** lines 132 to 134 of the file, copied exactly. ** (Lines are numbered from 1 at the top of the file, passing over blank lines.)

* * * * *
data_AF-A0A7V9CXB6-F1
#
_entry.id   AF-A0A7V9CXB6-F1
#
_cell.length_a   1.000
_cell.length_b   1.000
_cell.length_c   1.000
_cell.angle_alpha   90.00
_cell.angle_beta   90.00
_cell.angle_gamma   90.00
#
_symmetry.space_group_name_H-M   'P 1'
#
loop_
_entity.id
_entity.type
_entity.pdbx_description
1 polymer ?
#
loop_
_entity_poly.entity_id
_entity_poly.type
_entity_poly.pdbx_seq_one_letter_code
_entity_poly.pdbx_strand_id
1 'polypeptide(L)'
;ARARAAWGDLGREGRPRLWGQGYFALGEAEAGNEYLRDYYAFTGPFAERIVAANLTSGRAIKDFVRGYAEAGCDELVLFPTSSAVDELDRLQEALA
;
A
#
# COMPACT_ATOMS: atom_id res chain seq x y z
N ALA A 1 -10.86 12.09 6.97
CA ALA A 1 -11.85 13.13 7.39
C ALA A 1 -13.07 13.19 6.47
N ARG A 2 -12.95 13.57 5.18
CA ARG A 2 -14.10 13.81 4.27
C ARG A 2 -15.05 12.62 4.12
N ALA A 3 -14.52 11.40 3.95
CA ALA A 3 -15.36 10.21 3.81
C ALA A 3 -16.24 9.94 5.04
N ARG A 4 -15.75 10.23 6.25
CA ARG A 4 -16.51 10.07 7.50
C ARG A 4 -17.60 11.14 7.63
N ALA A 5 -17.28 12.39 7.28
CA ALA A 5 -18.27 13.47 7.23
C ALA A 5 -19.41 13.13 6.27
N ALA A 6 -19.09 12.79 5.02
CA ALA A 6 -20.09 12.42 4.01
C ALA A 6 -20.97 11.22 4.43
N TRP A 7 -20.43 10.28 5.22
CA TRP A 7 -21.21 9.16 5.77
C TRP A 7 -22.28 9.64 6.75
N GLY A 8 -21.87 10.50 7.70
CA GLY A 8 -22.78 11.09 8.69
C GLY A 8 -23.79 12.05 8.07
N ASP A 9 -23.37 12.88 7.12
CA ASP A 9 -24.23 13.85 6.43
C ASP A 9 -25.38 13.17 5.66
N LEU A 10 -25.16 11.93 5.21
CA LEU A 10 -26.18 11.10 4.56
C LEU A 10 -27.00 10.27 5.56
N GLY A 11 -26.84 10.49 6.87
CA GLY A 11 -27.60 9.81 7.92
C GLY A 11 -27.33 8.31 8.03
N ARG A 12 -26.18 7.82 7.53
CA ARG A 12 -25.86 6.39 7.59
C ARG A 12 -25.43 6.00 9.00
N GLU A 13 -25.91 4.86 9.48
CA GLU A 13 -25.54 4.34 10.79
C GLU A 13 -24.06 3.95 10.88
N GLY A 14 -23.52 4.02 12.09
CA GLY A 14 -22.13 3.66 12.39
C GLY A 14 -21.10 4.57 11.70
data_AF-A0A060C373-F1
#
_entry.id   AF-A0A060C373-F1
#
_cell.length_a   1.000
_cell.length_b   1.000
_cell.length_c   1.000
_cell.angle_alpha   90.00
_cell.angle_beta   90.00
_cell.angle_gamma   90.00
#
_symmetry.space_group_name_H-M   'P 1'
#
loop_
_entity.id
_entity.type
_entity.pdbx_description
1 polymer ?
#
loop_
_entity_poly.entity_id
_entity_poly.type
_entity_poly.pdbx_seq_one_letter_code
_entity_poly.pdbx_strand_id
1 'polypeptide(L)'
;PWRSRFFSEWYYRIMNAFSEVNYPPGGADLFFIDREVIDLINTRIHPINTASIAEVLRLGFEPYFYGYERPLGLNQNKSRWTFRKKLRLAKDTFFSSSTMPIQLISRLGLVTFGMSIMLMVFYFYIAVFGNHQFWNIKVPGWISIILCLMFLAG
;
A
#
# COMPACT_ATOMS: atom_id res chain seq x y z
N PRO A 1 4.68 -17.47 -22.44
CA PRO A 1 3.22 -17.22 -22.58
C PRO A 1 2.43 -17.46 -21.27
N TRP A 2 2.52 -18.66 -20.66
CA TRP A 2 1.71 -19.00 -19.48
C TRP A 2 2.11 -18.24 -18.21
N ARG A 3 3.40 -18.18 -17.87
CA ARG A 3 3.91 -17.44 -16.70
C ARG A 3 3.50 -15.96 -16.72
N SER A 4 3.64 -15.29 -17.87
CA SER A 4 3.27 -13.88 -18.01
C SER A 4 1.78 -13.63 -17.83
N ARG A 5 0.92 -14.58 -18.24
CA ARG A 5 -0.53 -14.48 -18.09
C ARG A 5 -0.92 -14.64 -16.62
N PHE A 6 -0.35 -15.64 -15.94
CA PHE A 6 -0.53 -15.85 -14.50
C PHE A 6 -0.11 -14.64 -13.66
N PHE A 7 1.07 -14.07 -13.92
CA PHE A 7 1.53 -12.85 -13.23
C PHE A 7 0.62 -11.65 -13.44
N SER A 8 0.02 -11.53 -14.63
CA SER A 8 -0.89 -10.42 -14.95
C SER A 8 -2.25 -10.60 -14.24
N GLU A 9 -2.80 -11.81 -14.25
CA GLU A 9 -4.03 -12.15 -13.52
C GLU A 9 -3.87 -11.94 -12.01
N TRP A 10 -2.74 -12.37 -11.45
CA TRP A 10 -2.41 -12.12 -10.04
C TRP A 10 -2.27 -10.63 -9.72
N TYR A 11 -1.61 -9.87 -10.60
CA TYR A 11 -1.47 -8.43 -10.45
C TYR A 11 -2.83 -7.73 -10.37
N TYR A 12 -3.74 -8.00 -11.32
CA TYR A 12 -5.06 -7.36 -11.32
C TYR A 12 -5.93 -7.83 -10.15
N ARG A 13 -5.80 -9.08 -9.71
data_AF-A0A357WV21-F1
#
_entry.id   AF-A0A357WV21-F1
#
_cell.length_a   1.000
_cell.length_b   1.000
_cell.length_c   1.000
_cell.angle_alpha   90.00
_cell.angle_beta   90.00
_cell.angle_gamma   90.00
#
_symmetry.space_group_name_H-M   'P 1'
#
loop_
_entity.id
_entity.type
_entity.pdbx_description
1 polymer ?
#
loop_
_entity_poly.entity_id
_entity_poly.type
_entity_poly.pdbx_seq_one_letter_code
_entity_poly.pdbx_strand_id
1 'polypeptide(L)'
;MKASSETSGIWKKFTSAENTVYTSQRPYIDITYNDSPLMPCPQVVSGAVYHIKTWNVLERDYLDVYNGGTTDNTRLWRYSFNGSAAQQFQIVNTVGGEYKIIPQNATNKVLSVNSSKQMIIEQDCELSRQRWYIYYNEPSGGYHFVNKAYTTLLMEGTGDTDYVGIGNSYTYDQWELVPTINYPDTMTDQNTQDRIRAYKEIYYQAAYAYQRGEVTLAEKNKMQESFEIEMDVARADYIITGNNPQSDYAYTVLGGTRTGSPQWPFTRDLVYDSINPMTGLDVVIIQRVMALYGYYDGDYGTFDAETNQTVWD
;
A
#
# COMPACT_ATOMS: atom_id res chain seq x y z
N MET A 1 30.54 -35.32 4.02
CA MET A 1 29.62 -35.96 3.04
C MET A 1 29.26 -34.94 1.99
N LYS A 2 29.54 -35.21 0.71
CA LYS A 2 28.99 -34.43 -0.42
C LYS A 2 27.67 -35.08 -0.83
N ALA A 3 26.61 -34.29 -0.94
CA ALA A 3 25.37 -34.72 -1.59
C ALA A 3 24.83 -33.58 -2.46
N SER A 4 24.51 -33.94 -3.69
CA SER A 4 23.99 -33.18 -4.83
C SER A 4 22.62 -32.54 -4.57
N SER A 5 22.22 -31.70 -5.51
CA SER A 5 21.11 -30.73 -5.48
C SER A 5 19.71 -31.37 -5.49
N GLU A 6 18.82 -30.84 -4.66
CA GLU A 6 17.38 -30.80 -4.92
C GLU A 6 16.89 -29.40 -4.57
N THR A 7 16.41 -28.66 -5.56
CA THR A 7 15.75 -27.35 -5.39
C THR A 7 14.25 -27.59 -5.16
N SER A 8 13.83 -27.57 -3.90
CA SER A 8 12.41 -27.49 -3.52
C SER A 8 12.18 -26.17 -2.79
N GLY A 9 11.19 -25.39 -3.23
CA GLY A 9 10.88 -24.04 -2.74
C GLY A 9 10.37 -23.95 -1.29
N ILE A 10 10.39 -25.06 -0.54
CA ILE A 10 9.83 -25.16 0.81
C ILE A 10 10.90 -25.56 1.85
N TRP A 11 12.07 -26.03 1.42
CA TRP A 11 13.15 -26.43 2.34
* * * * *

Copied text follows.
C TRP A 10 -2.27 -10.63 -9.72
N TYR A 11 -1.61 -9.87 -10.60
CA TYR A 11 -1.47 -8.43 -10.45